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TOURNAMENT STANDINGS
Norway Chess Tournament

Sergey Karjakin6/9(+4 -1 =4)[games]
Magnus Carlsen5.5/9(+2 -0 =7)[games]
Alexander Grischuk5/9(+3 -2 =4)[games]
Veselin Topalov4.5/9(+2 -2 =5)[games]
Fabiano Caruana4.5/9(+2 -2 =5)[games]
Anish Giri4/9(+1 -2 =6)[games]
Levon Aronian4/9(+1 -2 =6)[games]
Vladimir Kramnik4/9(+2 -3 =4)[games]
Peter Svidler4/9(+0 -1 =8)[games]
Simen Agdestein3.5/9(+0 -2 =7)[games]

 page 1 of 2; games 1-25 of 45  PGN Download
Game  ResultMoves YearEvent/LocaleOpening
1. Karjakin vs Topalov ½-½482014Norway Chess TournamentE10 Queen's Pawn Game
2. Svidler vs Kramnik  ½-½402014Norway Chess TournamentA29 English, Four Knights, Kingside Fianchetto
3. Aronian vs S Agdestein ½-½412014Norway Chess TournamentE15 Queen's Indian
4. Carlsen vs A Giri ½-½322014Norway Chess TournamentA34 English, Symmetrical
5. Grischuk vs Caruana 0-1392014Norway Chess TournamentA62 Benoni, Fianchetto Variation
6. Topalov vs Grischuk 0-1362014Norway Chess TournamentB90 Sicilian, Najdorf
7. S Agdestein vs A Giri ½-½362014Norway Chess TournamentD38 Queen's Gambit Declined, Ragozin Variation
8. Kramnik vs Carlsen ½-½602014Norway Chess TournamentE00 Queen's Pawn Game
9. Aronian vs Karjakin 1-0552014Norway Chess TournamentE15 Queen's Indian
10. Caruana vs Svidler 1-0392014Norway Chess TournamentB48 Sicilian, Taimanov Variation
11. A Giri vs Kramnik 0-1432014Norway Chess TournamentE06 Catalan, Closed, 5.Nf3
12. Karjakin vs S Agdestein ½-½632014Norway Chess TournamentC11 French
13. Svidler vs Topalov  ½-½422014Norway Chess TournamentB90 Sicilian, Najdorf
14. Grischuk vs Aronian 1-0402014Norway Chess TournamentA18 English, Mikenas-Carls
15. Carlsen vs Caruana ½-½672014Norway Chess TournamentD70 Neo-Grunfeld Defense
16. Karjakin vs Grischuk 1-0542014Norway Chess TournamentD85 Grunfeld
17. S Agdestein vs Kramnik  ½-½452014Norway Chess TournamentE54 Nimzo-Indian, 4.e3, Gligoric System
18. Aronian vs Svidler ½-½412014Norway Chess TournamentD85 Grunfeld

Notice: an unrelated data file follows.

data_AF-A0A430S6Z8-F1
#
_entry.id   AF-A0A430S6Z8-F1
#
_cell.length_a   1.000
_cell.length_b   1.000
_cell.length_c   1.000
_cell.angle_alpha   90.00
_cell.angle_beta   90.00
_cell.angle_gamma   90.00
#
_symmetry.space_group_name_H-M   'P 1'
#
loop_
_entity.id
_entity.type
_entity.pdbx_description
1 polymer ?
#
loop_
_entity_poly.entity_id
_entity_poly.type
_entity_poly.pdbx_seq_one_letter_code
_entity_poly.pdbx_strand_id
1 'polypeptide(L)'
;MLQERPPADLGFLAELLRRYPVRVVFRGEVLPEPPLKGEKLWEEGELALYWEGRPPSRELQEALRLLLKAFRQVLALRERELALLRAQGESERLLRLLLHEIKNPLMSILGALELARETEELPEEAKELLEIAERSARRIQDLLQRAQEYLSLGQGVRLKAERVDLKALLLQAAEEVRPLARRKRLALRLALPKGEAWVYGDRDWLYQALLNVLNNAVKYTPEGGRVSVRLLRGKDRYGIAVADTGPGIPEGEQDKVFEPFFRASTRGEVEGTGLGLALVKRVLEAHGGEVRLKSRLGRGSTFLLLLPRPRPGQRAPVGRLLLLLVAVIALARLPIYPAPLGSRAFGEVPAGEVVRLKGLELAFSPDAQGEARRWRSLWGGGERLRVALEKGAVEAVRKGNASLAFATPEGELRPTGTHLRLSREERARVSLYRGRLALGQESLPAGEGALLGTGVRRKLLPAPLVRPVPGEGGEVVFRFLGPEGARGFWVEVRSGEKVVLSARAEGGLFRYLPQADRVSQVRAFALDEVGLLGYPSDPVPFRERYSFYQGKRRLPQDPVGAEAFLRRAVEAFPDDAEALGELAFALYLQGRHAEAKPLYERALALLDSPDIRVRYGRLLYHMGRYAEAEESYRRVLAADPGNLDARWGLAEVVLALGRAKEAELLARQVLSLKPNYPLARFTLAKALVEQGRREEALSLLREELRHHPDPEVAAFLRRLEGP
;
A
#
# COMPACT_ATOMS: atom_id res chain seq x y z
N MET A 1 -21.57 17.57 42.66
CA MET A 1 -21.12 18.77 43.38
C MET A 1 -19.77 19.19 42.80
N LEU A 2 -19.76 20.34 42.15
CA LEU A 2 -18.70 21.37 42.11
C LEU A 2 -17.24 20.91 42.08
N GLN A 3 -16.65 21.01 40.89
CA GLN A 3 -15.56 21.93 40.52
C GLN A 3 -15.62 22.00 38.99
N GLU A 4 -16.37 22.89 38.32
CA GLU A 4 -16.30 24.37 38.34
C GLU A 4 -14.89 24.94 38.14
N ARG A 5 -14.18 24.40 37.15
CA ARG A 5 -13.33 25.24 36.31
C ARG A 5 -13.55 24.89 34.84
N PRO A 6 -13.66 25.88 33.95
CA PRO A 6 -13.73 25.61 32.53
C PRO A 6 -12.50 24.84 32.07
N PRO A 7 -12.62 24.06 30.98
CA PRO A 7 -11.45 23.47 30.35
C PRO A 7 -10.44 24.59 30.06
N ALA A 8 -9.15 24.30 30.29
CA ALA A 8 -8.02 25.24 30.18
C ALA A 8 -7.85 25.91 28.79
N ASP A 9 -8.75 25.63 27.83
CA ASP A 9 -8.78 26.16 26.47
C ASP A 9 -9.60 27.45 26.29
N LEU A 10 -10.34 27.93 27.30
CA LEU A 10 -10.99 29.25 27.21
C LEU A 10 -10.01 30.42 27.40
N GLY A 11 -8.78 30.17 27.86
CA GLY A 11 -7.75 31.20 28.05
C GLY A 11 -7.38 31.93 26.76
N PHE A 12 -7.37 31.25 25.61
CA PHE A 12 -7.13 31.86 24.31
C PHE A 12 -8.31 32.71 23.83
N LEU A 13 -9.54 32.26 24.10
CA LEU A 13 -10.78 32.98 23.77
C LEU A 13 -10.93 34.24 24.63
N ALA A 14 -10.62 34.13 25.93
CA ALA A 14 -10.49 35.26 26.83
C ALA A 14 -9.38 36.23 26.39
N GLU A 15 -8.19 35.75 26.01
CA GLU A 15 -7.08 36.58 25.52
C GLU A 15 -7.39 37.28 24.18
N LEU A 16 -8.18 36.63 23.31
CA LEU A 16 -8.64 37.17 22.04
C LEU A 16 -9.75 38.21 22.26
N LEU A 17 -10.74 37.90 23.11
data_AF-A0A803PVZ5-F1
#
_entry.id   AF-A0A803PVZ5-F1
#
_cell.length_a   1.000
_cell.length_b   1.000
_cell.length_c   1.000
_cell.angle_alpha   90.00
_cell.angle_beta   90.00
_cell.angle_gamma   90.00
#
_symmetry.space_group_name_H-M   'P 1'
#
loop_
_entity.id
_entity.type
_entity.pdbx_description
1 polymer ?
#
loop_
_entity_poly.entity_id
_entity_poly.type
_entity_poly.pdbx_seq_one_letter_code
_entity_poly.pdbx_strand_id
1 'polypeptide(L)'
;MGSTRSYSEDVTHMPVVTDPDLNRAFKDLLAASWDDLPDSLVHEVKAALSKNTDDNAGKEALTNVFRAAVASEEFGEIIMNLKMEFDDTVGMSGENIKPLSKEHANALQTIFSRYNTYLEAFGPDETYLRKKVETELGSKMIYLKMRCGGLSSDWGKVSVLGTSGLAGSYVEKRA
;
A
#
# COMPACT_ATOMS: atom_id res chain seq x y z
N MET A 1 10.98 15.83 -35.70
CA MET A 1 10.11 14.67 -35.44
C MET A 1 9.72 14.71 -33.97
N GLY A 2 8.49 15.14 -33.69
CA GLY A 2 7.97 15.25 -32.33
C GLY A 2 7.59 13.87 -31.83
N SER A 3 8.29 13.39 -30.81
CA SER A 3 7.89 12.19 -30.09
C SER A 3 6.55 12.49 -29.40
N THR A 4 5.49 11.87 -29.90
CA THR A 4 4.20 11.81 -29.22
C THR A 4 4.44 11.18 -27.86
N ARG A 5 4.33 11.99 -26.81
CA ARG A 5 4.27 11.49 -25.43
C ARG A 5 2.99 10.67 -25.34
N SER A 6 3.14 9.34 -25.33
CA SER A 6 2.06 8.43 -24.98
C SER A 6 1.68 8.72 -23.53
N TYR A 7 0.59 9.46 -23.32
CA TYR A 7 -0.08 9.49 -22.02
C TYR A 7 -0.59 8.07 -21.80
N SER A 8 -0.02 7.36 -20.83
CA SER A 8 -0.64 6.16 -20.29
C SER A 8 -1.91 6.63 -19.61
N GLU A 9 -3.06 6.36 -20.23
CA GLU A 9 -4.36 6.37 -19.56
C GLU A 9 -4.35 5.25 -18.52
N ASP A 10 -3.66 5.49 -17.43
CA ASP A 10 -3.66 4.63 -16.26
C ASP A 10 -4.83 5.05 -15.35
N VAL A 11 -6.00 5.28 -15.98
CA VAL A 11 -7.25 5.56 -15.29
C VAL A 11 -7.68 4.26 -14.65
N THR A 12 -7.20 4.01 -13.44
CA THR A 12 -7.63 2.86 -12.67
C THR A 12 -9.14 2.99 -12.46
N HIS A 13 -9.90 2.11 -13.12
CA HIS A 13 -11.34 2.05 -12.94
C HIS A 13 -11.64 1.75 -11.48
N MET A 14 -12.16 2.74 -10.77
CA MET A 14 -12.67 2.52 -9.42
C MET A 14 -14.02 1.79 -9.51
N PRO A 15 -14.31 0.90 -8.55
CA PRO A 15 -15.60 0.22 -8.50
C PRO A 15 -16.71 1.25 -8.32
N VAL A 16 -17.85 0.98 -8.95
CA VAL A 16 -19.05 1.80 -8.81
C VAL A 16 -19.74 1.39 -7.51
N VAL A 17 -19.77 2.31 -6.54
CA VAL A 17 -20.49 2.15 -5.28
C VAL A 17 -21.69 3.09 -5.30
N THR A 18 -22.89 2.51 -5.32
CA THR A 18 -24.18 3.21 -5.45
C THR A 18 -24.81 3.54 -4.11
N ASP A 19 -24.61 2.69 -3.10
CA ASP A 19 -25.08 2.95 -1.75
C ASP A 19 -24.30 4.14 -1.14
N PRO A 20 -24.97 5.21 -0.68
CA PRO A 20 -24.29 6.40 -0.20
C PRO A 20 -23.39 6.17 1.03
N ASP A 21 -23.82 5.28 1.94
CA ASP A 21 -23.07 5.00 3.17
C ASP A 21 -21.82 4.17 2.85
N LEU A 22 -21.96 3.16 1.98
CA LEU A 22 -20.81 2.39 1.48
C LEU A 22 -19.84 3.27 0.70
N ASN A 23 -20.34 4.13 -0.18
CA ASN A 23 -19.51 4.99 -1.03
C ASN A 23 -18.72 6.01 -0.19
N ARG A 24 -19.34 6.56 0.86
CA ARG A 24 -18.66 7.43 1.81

19. Topalov vs Carlsen ½-½282014Norway Chess TournamentD38 Queen's Gambit Declined, Ragozin Variation
20. Caruana vs A Giri ½-½532014Norway Chess TournamentA29 English, Four Knights, Kingside Fianchetto
21. Grischuk vs S Agdestein ½-½492014Norway Chess TournamentC11 French
22. Carlsen vs Aronian 1-0932014Norway Chess TournamentD38 Queen's Gambit Declined, Ragozin Variation
23. A Giri vs Topalov 1-0432014Norway Chess TournamentB67 Sicilian, Richter-Rauzer Attack, 7...a6 Defense, 8...Bd7
24. Svidler vs Karjakin  ½-½382014Norway Chess TournamentA35 English, Symmetrical
25. Kramnik vs Caruana 1-0522014Norway Chess TournamentE60 King's Indian Defense
 page 1 of 2; games 1-25 of 45  PGN Download
  REFINE SEARCH:   White wins (1-0) | Black wins (0-1) | Draws (1/2-1/2)  
 

Kibitzer's Corner
< Earlier Kibitzing  · PAGE 74 OF 74 ·  Later Kibitzing>
Jun-16-14
Premium Chessgames Member
  Richard Taylor: <Kanatahodets> You were brought up in a totalitarian regime? In the United States you mean?

I think that despite such a devastating experience you could still perhaps keep your reading going.

Or take up a hobby or an interest of some kind.

Jun-16-14  torrefan: Maybe he meant the US under the teetotalitarian regime during the Prohibition. It was indeed very hard to read novels without a drink of some kind.
Jun-16-14  Kanatahodets: <Richard Taylor: <Kanatahodets> You were brought up in a totalitarian regime? In the United States you mean? I think that despite such a devastating experience you could still perhaps keep your reading going.

Or take up a hobby or an interest of some kind.> Nope not USA, its alter ego of 60s:)

Jun-16-14  Kanatahodets: <torrefan: Maybe he meant the US under the teetotalitarian regime during the Prohibition. It was indeed very hard to read novels without a drink of some kind.> That's a great compliment! But unfortunately I am not so old. Secondly, RT had in mind USA now. It's debatable but it has its point, I agree.
Jun-16-14  Conrad93: <To learn to use the word <entail> correctly does not entail much effort.>

I have been using the word <entail> for at least 8 years now, but thank you for the unneeded advice.

Jun-16-14  Refused: <Conrad93: There is a huge difference between being "knowledgeable" about a subject and being an "expert." While a study of linguistics will help you understand the nature and history of a language, it does not entail that you will become an expert on foreign grammar. Noam Chomsky is an expert in linguistics, but last time I checked he isn't an expert in Chinese or Russian, nor is he fluent in those languages.>